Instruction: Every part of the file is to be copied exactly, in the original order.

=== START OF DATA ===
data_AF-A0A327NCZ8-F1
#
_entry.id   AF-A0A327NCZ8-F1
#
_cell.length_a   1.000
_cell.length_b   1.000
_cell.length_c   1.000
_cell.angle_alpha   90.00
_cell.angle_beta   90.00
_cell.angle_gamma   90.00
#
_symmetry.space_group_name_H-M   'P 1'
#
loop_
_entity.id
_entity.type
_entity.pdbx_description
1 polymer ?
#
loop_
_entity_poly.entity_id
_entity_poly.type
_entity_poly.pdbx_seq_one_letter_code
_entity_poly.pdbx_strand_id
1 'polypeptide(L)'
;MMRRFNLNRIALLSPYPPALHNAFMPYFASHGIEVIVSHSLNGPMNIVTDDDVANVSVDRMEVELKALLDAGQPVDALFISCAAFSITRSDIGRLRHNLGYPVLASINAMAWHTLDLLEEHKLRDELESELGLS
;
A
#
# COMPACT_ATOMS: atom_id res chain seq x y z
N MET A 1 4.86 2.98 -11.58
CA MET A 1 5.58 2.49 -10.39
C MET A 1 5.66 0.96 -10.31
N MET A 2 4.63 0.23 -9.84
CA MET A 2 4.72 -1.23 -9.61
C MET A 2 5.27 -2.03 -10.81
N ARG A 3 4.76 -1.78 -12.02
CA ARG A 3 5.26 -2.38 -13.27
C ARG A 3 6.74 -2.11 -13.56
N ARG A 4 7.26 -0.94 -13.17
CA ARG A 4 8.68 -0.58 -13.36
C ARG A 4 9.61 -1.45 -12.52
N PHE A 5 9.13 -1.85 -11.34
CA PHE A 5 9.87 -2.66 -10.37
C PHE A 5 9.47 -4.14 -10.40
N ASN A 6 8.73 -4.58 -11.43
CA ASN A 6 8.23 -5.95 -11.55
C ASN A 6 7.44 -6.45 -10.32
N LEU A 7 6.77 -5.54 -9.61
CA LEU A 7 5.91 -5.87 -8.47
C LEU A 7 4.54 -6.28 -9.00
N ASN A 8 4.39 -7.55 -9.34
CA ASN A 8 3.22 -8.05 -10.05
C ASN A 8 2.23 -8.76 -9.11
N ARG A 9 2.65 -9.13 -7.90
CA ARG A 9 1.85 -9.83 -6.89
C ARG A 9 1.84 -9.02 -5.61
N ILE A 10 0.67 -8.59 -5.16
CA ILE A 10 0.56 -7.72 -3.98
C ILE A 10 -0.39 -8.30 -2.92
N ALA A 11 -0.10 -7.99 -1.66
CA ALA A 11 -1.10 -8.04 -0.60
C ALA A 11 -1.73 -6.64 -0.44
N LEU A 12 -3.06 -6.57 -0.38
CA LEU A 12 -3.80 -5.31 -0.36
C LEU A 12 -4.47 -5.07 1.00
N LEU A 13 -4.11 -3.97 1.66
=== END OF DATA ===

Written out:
data_AF-A0A327NCZ8-F1
#
_entry.id   AF-A0A327NCZ8-F1
#
_cell.length_a   1.000
_cell.length_b   1.000
_cell.length_c   1.000
_cell.angle_alpha   90.00
_cell.angle_beta   90.00
_cell.angle_gamma   90.00
#
_symmetry.space_group_name_H-M   'P 1'
#
loop_
_entity.id
_entity.type
_entity.pdbx_description
1 polymer ?
#
loop_
_entity_poly.entity_id
_entity_poly.type
_entity_poly.pdbx_seq_one_letter_code
_entity_poly.pdbx_strand_id
1 'polypeptide(L)'
;MMRRFNLNRIALLSPYPPALHNAFMPYFASHGIEVIVSHSLNGPMNIVTDDDVANVSVDRMEVELKALLDAGQPVDALFISCAAFSITRSDIGRLRHNLGYPVLASINAMAWHTLDLLEEHKLRDELESELGLS
;
A
#
# COMPACT_ATOMS: atom_id res chain seq x y z
N MET A 1 4.86 2.98 -11.58
CA MET A 1 5.58 2.49 -10.39
C MET A 1 5.66 0.96 -10.31
N MET A 2 4.63 0.23 -9.84
CA MET A 2 4.72 -1.23 -9.61
C MET A 2 5.27 -2.03 -10.81
N ARG A 3 4.76 -1.78 -12.02
CA ARG A 3 5.26 -2.38 -13.27
C ARG A 3 6.74 -2.11 -13.56
N ARG A 4 7.26 -0.94 -13.17
CA ARG A 4 8.68 -0.58 -13.36
C ARG A 4 9.61 -1.45 -12.52
N PHE A 5 9.13 -1.85 -11.34
CA PHE A 5 9.87 -2.66 -10.37
C PHE A 5 9.47 -4.14 -10.40
N ASN A 6 8.73 -4.58 -11.43
CA ASN A 6 8.23 -5.95 -11.55
C ASN A 6 7.44 -6.45 -10.32
N LEU A 7 6.77 -5.54 -9.61
CA LEU A 7 5.91 -5.87 -8.47
C LEU A 7 4.54 -6.28 -9.00
N ASN A 8 4.39 -7.55 -9.34
CA ASN A 8 3.22 -8.05 -10.05
C ASN A 8 2.23 -8.76 -9.11
N ARG A 9 2.65 -9.13 -7.90
CA ARG A 9 1.85 -9.83 -6.89
C ARG A 9 1.84 -9.02 -5.61
N ILE A 10 0.67 -8.59 -5.16
CA ILE A 10 0.56 -7.72 -3.98
C ILE A 10 -0.39 -8.30 -2.92
N ALA A 11 -0.10 -7.99 -1.66
CA ALA A 11 -1.10 -8.04 -0.60
C ALA A 11 -1.73 -6.64 -0.44
N LEU A 12 -3.06 -6.57 -0.38
CA LEU A 12 -3.80 -5.31 -0.36
C LEU A 12 -4.47 -5.07 1.00
N LEU A 13 -4.11 -3.97 1.66